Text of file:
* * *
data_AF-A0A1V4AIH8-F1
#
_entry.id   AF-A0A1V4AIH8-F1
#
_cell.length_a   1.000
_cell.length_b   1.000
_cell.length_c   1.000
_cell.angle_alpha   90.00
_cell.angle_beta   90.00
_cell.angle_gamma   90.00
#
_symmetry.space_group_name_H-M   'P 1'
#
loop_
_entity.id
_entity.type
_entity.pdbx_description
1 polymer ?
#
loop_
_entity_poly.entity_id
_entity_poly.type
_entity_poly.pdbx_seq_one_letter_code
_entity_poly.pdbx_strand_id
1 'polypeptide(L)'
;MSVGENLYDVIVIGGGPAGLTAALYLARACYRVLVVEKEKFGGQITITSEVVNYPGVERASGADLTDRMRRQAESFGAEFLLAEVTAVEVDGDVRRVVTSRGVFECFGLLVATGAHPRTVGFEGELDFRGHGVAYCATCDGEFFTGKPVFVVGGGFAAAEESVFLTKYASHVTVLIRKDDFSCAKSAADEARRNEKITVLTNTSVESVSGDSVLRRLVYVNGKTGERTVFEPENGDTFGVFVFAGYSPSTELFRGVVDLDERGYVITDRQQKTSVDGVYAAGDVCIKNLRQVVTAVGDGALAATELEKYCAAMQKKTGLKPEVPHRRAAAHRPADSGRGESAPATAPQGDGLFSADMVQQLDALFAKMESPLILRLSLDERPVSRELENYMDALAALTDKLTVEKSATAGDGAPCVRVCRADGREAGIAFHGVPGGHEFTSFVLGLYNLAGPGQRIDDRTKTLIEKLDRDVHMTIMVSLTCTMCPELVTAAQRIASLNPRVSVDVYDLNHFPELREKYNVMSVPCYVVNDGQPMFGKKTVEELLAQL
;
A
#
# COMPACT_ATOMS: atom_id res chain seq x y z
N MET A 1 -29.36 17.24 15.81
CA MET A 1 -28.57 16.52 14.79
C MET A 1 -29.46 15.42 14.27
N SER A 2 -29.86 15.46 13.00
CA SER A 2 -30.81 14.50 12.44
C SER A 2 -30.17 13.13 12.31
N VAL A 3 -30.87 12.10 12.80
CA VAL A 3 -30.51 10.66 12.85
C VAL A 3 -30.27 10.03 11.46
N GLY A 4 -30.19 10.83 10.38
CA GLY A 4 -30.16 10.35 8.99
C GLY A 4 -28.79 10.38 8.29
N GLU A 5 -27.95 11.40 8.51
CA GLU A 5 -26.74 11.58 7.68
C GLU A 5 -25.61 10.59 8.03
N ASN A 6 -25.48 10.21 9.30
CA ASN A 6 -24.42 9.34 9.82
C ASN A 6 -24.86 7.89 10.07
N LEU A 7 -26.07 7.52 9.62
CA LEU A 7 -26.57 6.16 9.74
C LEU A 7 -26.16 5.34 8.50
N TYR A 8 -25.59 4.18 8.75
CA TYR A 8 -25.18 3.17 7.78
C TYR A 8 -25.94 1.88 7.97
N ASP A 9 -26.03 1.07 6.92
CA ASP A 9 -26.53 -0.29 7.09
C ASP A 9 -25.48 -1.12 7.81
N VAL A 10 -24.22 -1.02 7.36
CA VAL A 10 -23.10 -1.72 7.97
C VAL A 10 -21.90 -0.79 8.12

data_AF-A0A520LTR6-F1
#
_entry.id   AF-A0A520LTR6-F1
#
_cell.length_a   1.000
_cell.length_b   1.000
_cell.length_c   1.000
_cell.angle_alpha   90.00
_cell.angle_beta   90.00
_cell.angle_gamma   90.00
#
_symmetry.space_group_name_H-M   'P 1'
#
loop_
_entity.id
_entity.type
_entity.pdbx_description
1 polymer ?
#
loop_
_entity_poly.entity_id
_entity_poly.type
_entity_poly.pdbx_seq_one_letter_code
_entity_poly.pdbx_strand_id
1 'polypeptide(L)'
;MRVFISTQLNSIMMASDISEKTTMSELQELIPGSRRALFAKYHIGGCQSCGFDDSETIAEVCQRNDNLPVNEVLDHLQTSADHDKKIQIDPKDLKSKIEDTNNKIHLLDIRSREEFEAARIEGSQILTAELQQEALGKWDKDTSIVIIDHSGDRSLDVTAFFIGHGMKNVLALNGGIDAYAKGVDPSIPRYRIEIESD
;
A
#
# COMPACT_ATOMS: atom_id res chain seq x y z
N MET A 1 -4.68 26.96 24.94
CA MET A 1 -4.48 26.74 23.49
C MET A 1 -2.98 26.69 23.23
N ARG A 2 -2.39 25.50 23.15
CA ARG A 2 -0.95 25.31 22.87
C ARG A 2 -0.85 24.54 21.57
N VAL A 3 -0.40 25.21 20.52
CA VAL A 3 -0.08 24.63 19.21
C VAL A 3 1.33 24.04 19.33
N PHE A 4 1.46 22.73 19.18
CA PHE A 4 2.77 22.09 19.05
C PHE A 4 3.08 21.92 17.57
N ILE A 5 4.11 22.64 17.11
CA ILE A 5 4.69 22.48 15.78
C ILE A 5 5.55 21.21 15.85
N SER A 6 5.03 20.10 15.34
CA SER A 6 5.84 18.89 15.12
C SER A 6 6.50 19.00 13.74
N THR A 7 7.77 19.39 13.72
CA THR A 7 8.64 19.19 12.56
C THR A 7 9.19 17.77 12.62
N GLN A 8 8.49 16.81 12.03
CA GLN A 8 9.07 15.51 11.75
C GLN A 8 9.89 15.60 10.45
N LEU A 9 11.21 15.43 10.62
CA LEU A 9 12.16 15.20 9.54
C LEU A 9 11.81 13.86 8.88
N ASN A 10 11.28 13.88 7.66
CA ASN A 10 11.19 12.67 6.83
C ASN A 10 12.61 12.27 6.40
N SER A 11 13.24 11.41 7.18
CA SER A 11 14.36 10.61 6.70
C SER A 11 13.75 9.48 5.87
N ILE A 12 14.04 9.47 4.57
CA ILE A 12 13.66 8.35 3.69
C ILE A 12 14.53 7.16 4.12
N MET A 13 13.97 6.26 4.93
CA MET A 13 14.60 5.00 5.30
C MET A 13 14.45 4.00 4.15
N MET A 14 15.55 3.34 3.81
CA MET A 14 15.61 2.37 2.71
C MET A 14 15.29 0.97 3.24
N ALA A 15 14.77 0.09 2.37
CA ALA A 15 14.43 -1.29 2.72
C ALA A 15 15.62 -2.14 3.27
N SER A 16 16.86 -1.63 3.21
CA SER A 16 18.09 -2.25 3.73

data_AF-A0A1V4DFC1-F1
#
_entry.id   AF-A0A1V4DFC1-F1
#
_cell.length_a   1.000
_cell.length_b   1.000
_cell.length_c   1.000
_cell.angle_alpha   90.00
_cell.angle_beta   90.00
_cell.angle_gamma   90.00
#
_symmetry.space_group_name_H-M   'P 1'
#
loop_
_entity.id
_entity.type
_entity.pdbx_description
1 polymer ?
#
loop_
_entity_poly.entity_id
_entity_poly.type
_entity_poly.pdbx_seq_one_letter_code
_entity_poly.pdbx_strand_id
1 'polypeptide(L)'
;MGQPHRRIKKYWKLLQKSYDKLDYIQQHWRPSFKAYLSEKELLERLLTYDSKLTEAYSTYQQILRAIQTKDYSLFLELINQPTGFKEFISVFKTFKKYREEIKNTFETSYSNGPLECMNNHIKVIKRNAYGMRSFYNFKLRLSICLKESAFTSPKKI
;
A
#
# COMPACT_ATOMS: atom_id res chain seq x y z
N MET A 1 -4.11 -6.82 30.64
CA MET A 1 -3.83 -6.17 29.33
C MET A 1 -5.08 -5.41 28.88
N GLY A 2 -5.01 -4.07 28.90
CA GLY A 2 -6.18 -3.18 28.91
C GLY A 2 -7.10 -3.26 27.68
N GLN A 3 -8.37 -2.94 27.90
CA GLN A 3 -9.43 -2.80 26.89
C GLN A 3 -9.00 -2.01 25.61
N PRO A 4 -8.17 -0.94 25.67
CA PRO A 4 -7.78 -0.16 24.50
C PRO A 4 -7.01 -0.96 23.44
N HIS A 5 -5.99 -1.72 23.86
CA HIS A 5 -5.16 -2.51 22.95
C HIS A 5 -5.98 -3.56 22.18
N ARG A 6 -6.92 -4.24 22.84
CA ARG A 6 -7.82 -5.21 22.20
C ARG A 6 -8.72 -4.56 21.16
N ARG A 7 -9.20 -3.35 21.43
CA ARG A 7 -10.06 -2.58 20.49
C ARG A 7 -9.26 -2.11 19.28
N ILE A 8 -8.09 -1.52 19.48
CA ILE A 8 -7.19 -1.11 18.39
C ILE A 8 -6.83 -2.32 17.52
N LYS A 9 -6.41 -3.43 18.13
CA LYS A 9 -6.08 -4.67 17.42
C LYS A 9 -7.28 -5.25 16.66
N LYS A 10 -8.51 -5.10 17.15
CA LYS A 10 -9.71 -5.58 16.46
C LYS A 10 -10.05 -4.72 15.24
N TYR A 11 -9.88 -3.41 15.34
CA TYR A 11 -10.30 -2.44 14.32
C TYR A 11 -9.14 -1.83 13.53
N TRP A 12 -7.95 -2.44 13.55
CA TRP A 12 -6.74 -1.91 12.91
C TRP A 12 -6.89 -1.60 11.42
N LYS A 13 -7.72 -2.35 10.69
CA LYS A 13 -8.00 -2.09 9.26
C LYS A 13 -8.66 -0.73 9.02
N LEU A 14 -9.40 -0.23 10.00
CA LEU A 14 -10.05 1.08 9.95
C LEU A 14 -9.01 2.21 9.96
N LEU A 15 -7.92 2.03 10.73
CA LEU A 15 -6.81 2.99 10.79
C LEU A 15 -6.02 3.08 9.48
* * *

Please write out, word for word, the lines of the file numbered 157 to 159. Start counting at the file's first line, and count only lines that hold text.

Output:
loop_
_entity_poly.entity_id
_entity_poly.type